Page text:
Palm Sunday 2019

Christ's entry into Jerusalem: 1304-06
Fresco
Cappella Scrovegni (Arena Chapel), Padua
Christ’s entry into Jerusalem: 1304-06 by Giotto
Fresco in the Cappella Scrovegni (Arena Chapel), Padua

Throughout Holy Week we must decide where we stand: with Christ, or against him. On Palm Sunday the choice is critical. Are we ready to follow Jesus in his triumphal procession, knowing that the hosannas we sing today will soon turn into cries of ‘crucify him, crucify him!’ or do we want to play safe, keep all our options open or use any of the weasel words we employ to mask our cowardice and indecision? Even those of us among the crowd of onlookers must make our choice: are we for him, or against him?

There is a third choice, though it is not an obvious one. We can be the donkey that carries the Lord into Jersusalem, the Christ-bearer. We became Christ-bearers when we were baptized but we often ignore or undervalue what that means. To carry Christ, to take him where he wills to go, is no mean task, no mean feat. It is the glory of the disciple to do exactly that. This morning perhaps we could all reflect on what it means to be the Lord’s donkey, not just today but every day of our lives.

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The Brutality of Holy Week: Palm Sunday 2016

Palm Sunday: Jesus enters Jerusalem

 

 

 

 

 

 

 

 

 

 

 

Palm Sunday is here again, and under leaden skies, with a nasty little wind tugging at us, we shall follow the Cross, as the disciples followed Jesus two thousand years ago in Roman Palestine. The sights, the sounds, the smells will all be different, but it will be impossible to ignore the same sense of brooding menace, of barely contained brutality which will become plainer as the week goes on. The hosannas we sing today will quickly turn to shouts of ‘crucify him, crucify him!’; and though we may try to hide the fact from ourselves under a pious show of sorrow, we are all complicit, for we have all sinned and fallen short of the glory of God.

If that were all, today would be a day of infinite shame and despair, a terrible indictment of our fickleness and shallowness; but it isn’t. The mild-eyed donkey in Giotto’s painting seems to have glimpsed the truth. This is a necesssary part of the journey to salvation. Christ must be acknowledged as King before he suffers as Servant and becomes Lord of All. We must exhaust our puny human possibilities of understanding before grace can work its transformation. We must experience the blood, toil, tears and sweat of Christ’s Passion before we can enter into his victory.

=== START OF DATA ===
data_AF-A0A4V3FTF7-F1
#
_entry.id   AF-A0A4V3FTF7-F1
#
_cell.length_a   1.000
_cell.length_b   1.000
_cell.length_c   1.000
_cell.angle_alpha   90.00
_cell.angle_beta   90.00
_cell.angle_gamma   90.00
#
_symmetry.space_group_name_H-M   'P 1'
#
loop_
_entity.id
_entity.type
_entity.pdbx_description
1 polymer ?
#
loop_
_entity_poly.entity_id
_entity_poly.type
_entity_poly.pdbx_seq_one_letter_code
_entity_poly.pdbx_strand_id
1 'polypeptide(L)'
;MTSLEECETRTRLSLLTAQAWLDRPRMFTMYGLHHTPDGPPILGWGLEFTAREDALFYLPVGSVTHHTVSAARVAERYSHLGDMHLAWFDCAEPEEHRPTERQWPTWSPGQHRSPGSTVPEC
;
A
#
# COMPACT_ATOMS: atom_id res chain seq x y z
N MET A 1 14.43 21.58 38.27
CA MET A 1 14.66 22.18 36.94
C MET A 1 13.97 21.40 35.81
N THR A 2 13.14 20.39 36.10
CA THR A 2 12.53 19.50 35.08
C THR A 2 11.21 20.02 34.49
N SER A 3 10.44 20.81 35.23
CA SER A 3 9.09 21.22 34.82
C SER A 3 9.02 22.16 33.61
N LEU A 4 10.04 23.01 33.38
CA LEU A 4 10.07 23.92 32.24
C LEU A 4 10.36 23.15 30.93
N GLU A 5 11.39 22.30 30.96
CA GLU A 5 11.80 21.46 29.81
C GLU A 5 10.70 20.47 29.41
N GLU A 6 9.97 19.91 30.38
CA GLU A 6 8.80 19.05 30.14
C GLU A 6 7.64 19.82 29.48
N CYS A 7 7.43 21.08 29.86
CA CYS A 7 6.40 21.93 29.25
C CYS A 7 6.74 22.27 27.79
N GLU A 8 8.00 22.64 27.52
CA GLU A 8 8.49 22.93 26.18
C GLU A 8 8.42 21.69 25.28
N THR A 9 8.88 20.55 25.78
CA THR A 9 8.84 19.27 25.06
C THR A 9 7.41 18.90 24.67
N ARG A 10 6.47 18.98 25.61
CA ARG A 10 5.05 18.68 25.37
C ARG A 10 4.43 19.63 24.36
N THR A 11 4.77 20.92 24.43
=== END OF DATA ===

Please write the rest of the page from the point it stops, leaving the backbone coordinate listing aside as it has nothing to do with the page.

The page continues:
Today Christ enters Jerusalem with two thousand years of human misunderstanding, conflict and division marking his way, but he will not stumble, he will not falter. It is in Jerusalem that he will give the world the peace for which it longs, but it will be through the sacrifice of his own body, bloodied and brutalised on the Cross and shared with us today through the sacrament of his Body and Blood in the holy Eucharist.Facebooktwitterredditpinterestlinkedintumblrmail

Palm Sunday 2015

Palm Sunday: Jesus enters Jerusalem

 

 

 

 

 

 

 

 

 

 

 

Palm Sunday, and here in Herefordshire making the imaginative leap into the world of Roman Palestine is not helped by the wind and rain; but perhaps a grey sky matches the grey mood. For this is a day of menace, a day when we must decide where we stand. The triumph of the entry into Jerusalem is short-lived. The crowd that shouts ‘hosanna’ today will be crying ‘crucify him’ on Friday. If we are honest, we know ourselves to be equally fickle. But it is the Man on the donkey who is key to everything. He does not come to condemn but to save, not to inflict punishment but to show mercy. We must take our tone from him. This is a week for healing and forgiveness; and though we know that we must be bruised and broken along with him, we can, and do, trust that ‘through his stripes we are healed’.Facebooktwitterredditpinterestlinkedintumblrmail